Must officials keep religion out of their social media feeds?

The Freedom from Religion Foundation claims that it’s unconstitutional for Florida Sen. Marco Rubio to tweet Bible verses, as he often does [complaint letter] The question of when officials’ social media feeds should be deemed governmental in nature as distinct from personal sidelines, and what exactly that should mean in practice, has been much in the news, especially since a federal court ruled that a county supervisor in Virginia acted improperly by banning some constituents from her Facebook page. Critics have similarly sued on the theory that President Trump’s @realdonaldtrump Twitter account is a government forum that may not block viewers based on the viewpoint of their likely responses. Eugene Volokh sorts out some of the issues and notes that the Supreme Court, including some of the most liberal members, have taken the view that elected officials are free to voice religious convictions in public speeches without fear of violating the Establishment Clause. Earlier here and here.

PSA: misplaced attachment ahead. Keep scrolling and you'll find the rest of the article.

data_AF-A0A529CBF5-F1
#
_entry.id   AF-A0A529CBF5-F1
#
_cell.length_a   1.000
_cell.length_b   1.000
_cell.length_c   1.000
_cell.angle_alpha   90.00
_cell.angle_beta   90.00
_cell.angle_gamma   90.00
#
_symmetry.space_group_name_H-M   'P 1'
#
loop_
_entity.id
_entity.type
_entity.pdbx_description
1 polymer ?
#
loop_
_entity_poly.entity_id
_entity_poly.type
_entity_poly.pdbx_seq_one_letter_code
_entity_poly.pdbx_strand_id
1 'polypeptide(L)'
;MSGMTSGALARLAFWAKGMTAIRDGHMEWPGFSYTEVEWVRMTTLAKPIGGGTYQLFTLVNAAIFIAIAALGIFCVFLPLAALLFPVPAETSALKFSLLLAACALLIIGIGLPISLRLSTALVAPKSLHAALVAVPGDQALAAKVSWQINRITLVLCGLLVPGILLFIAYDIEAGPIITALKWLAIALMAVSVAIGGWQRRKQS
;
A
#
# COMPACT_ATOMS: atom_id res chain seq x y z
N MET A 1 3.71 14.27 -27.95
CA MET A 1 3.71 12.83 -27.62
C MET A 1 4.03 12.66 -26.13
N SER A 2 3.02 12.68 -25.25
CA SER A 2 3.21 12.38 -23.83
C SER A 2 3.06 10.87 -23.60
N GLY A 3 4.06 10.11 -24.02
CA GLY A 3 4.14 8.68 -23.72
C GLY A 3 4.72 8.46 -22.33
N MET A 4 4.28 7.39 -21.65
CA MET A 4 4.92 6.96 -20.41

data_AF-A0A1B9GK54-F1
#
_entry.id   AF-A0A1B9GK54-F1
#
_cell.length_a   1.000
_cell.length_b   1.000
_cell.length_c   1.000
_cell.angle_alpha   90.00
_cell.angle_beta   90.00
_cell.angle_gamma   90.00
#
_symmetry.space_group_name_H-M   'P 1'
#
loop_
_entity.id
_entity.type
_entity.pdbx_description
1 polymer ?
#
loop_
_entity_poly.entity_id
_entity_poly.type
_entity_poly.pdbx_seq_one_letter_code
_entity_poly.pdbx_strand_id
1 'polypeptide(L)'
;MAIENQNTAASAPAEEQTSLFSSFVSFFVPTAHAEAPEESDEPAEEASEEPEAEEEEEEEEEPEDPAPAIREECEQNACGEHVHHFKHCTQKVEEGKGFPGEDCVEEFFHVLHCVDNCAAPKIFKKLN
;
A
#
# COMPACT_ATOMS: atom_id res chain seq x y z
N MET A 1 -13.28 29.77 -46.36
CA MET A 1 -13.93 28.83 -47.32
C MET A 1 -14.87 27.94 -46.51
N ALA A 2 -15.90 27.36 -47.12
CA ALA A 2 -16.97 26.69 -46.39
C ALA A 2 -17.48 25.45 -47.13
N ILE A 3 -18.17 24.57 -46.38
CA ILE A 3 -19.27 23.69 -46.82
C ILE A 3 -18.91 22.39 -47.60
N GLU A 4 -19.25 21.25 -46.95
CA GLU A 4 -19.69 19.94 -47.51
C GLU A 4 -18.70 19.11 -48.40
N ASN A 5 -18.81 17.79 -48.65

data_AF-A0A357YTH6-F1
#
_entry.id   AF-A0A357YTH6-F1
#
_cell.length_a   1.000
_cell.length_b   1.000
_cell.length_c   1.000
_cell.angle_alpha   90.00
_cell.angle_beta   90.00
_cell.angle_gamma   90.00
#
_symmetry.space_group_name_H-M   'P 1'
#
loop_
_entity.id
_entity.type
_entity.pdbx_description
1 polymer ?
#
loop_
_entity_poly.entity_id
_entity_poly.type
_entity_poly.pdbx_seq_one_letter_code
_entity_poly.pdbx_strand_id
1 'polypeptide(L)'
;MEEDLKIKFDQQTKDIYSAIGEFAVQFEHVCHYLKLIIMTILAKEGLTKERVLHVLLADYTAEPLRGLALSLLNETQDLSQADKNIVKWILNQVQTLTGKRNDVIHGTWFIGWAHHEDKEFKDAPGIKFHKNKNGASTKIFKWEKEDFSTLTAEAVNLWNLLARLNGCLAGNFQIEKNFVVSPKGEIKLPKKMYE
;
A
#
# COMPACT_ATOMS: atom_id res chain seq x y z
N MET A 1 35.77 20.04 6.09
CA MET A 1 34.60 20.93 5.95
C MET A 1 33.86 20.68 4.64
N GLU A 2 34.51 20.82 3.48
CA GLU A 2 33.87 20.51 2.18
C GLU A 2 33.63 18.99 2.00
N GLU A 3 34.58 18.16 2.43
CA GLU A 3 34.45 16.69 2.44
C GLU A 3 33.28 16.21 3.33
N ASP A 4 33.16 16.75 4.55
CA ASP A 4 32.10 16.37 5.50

Overlawyered

 

 

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